Underwater Moai
Photo: untitled-project.com

Some stand half buried, others have fallen and many more remain unfinished, part carved from the mountainside. Most are about 6-8 metres tall, though the largest is unfinished and a whopping 21 metres. No metal tools were used to create the Moai, instead they were carved using stone on stone. How the Moai came to stand at their various resting places around the island remains a mystery.

"Rapa Nui" or "Easter Island" is a Polynesian island in the southeastern Pacific Ocean, at the southeastern most point of the Polynesian triangle. A special territory of Chile annexed in 1888, Easter Island is widely famous for its monumental statues, called moai which created by the Rapanui people.

Rapa Nui is a world heritage site with much of the island protected within the Rapa Nui National Park. one of the world's most remote inhabited islands, is no less an nigma than how their descendants could design and sculpt hundred of colossal moai from hard volcanic tuff, transport these tall and heavy statues great distances from quarry to coast and erect them on great stone ahu (platforms). Residents and visitors have applied various names to this small, isolated volcanic land-mass.

Moai Easter Island
Photo: designer-daily.com

The Polynesian settlers named it Rapa Nui, but the view of the seemingly infinite sea from the summit of Terevaka, the island's highest point, reveals why they also called it Te Pito o Te Henua - the Navel or centre of the World. From Eater Island, a vessel can sail any direction with out sighting inhabited land.

Dutch mariner Jacob Roggeveen, the first European to sight the island, named it Easter Island, after the date of his discovery; the Spaniards first called it San Carlos. Other mariners dubbed it Davis's Land after confusing it with territory identified by the 17th-century English pirate Edward Davis. Roggeveen's legacy survived among Europeans. English speakers call it Easter Island. Spanish speakers refer to Isla de Pascua, Germans to Osterinsel.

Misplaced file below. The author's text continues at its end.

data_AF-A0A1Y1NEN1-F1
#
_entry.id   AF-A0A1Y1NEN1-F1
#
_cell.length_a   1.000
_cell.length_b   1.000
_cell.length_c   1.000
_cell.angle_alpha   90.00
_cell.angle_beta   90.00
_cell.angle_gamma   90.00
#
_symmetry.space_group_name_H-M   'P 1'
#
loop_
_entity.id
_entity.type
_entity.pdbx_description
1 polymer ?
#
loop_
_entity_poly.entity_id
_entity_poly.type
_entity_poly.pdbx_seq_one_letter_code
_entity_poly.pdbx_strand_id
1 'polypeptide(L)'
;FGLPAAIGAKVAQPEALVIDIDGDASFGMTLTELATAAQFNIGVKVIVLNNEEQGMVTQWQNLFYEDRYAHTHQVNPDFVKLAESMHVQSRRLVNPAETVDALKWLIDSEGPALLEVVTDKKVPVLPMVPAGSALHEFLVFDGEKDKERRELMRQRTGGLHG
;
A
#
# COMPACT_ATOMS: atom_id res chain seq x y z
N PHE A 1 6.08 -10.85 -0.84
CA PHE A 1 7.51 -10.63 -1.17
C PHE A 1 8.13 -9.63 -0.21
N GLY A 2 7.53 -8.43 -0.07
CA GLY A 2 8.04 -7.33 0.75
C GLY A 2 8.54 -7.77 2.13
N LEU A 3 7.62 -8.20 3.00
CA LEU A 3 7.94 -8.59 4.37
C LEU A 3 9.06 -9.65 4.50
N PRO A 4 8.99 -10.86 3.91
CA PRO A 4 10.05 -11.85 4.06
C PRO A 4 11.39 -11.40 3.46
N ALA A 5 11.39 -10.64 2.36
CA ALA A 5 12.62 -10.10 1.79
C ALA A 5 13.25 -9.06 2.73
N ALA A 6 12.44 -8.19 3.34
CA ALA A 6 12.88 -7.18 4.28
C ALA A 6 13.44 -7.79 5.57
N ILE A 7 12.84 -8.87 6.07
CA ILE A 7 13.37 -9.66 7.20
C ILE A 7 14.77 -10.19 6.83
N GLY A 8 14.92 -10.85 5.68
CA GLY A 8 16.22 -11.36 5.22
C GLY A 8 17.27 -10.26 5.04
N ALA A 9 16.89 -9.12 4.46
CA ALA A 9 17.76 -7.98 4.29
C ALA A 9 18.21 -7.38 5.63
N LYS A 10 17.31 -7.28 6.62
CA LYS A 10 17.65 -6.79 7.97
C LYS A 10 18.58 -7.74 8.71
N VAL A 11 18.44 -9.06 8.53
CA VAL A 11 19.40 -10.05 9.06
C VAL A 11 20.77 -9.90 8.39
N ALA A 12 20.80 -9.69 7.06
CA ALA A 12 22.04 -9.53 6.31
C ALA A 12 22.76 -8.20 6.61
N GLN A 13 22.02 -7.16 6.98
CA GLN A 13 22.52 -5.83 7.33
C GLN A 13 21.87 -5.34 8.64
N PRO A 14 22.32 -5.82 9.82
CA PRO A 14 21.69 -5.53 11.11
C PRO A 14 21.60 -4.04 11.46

A further word on terminology: What exactly to call the island in inhabitants and their language has been a topic of hairsplitting contention. It is more probable that Polynesians settled the island from the west. these peoples managed to disperse over a myriad of islands within a gigantic triangle whose apexes were at New Zealand, Hawaii and Rapa Nui, plus a handful of islands deep in Melanesia. Orthodox academic opinion currently favors an Asiatic origin for the Polynesian peoples who, apparently, built the Rapa Nui monuments.

Underwater Moai
Photo: gordonmackie.com

Details vary, but there is general agreement that migration into the Pacific region began 50,000 years ago, when ancestors of the Australian Aboriginals and New Guinea highlanders first crossed the sea in search of new homelands. some people argue that the two-word term 'Rapa Nui' is an imperial imposition that the single word 'Rapanui' more closely approximates usage in other Polynesian languages.

Source gordonmackie.com, janesoceania.com, untitled-project.com